Media resources center: The hidden hero for faculty during COVID-19


Sean Marty / The Sunflower

The media resources center

Transitioning to fully online during COVID-19 was a struggle for everyone — professors had to modify their courses and students had to try their best to keep up with the changes.  

Behind all of that, the Media Resources Center had been preparing for this moment without even realizing it.

John Jones, director of MRC, said that they operate at the intersection of technology and instruction, but it doesn’t represent everything that they do.

“When things are going well, we are invisible,” Jones said. “We should be aspiring to be invisible, when the faculty have everything that they need and everything works, then we fade into the background.”

Jones said that MRC started preparing in early March for the transition online. 

“We sat there, we looked at the way things were going and saw the trajectory, and we were like, ‘we need to be preparing so that we are ready,’” Jones said.  “A couple of weeks later, we went fully online.

“Provost Muma said, ‘are you guys going  to be ready to handle this’, and I could say, ‘Ya, look what we built.’”

The MRC is made up of five different departments that handle different responsibilities on campus. 

Campus media services is in charge of the technology in classrooms with the exception of computers, which includes projectors, screens, podiums, cameras, and microphones.  They also help with live events on campus and turning spaces into presentation spaces.  The campus media services team has seven employed staff members along with several students.

John Jones, the director of media resources (Courtesy of

The office of instructional resources team provides support to professors with teaching online.  Many resources for professors are readily available online at

“Pre-COVID, about 10-20 percent of instructors had some experience teaching online,” Jones said. “When we had to transition to fully online, we had a lot of people to get up to speed.”

The team’s big effort is running the academic resources conference, which happens three times a year.  Jones said that 200 faculty members come through and do at least one session, with sessions happening over four or five days.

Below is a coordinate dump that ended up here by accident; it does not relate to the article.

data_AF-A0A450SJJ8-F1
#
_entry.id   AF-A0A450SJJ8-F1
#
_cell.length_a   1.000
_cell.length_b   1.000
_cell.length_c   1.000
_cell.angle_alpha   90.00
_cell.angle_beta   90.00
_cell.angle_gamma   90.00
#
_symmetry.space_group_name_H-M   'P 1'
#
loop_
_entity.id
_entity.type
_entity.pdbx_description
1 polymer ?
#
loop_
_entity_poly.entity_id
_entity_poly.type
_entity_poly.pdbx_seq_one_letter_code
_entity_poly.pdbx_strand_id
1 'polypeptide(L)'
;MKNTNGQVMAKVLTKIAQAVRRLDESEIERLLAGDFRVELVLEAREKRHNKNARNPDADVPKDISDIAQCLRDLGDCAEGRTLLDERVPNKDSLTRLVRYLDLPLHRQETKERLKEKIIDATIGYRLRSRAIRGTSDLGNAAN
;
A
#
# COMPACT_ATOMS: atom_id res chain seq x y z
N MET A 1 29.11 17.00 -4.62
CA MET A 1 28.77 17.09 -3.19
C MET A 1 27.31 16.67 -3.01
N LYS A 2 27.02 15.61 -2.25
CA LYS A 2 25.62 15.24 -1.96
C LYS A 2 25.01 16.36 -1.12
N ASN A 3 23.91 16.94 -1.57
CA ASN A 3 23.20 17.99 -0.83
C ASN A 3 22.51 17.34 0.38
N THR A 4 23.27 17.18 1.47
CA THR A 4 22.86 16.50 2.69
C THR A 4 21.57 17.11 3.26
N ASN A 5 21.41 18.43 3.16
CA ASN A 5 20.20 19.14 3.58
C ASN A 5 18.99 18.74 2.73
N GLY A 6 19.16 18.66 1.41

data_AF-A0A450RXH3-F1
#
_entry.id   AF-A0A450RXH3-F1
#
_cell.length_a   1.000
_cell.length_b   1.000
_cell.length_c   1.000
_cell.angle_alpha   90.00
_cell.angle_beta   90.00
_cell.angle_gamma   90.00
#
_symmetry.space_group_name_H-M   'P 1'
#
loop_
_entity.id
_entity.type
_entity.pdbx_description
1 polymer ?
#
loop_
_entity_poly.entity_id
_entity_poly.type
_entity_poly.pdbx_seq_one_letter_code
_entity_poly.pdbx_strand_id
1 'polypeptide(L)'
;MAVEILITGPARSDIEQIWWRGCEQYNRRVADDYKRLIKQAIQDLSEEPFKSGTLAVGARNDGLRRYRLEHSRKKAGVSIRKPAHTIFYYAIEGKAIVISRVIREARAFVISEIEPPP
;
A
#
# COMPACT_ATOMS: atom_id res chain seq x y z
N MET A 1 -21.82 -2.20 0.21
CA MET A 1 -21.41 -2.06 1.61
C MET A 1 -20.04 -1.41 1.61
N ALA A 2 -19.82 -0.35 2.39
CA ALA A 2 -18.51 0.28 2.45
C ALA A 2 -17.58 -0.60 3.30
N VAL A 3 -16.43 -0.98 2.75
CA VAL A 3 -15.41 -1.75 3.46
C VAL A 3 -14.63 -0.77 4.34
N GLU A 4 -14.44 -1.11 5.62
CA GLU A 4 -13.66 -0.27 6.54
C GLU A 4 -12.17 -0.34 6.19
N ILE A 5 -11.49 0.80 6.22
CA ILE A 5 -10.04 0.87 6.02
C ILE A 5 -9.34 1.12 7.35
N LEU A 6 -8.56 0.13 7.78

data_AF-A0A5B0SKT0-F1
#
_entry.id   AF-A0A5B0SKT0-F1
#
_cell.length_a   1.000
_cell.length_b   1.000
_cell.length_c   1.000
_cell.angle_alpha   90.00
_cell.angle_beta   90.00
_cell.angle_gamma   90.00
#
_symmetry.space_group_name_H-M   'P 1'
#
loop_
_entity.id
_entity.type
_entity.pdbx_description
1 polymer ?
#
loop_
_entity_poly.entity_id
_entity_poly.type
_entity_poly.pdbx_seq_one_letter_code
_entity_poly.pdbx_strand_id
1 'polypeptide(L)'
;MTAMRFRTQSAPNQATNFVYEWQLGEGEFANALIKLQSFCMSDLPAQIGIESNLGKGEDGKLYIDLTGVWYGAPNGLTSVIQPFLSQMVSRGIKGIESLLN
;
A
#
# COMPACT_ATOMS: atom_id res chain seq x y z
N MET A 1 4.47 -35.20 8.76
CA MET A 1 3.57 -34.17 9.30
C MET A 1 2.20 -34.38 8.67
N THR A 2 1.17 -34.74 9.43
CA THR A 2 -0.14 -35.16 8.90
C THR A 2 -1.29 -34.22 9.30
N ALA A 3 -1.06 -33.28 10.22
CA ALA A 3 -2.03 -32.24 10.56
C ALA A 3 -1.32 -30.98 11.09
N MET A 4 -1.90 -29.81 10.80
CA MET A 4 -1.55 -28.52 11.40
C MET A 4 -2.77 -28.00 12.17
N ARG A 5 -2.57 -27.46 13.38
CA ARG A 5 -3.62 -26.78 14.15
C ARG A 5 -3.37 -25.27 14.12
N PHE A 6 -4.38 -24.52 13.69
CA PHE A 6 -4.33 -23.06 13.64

“We were very very lucky that for years we had been working in an effort to try and build capacity and understanding and interest in teaching online,” Jones said.

The WSUtv and video services team helps with live events on campus, such as Commencement.  They also have relationships with certain sport teams on campus to record their events.  The web services team works with web development and Strat-comm to provide the main university website. 

The newest team is academic access and accommodations, and their primary role is producing braille and tactile graphics for students with visual impairments.

“It’s sort of a social justice thing that is happening over time,” Jones said.

Jones said that MRC encourages professors to use certain avenues to teach their classes, including Blackboard, Panopto, and Zoom.  While publisher materials may add to a course, it is common to run into accessibility issues for students taking courses using their content.

“We have a web page where we list the publisher resources that have been reviewed and whether they are approved or have an exception to be used in a particular class, and publishers hate that,” Jones said.

One of the concerns introduced was “zoom bombing,” where outside parties enter a zoom because they got ahold of the zoom login information.   

Corcoran said that prior to COVID-19, there were less than 250 Zoom users on campus.  In the transition week to online, that number became 2,500 licensed users.

“We didn’t decide to move away from Zoom, but we did leverage Ryan’s team to try and provide support for folks,” Jones said.  “We very quickly put together a program of Zoom co-hosts that people could request so that if they were teaching in a Zoom space or doing a meeting in a zoom space, there could be somebody who would be a sort of wingman and watch what was going on in the room … so that the instructors who were in a space where they were not comfortable, could rely on somebody else.”

With federal funding, the MRC is also now able to remotely access and help professors in classrooms with technology.  Corcoran said that a majority of the time, it is a simple fix and having this tool gives them the ability to support all master classrooms remotely.

“We want people to be excited about those new capacities in master classrooms and what they can do,” Jones said.

They have also purchased several lightboards that are spread out everywhere on campus, including one in the library for students to use.  The lightboards allow professors to take notes and show presentations without turning their backs and makes recorded lectures more interesting and dynamic. Go to to sign up for a time to use the one in the library.

Jones said that the MRC is important to campus because of the continuity of experience they help provide.  

“There are much more important things to learn than technology,” Jones said. “By standardizing and managing what we use in those environments, we can reduce that cognitive load and make the experience better for everyone.”

Jones said that being forced to switch online last year might’ve been hard, but it has now opened up different avenues of teaching for many professors.

“Being forced to meet like this or teach like this during COVID has now enabled them post-COVID to go, ‘Oh, that wasn’t really that hard, I don’t know why I was waiting so long,’ … they will now have more experience and comfort with the online tools … That only serves to benefit everybody I think.”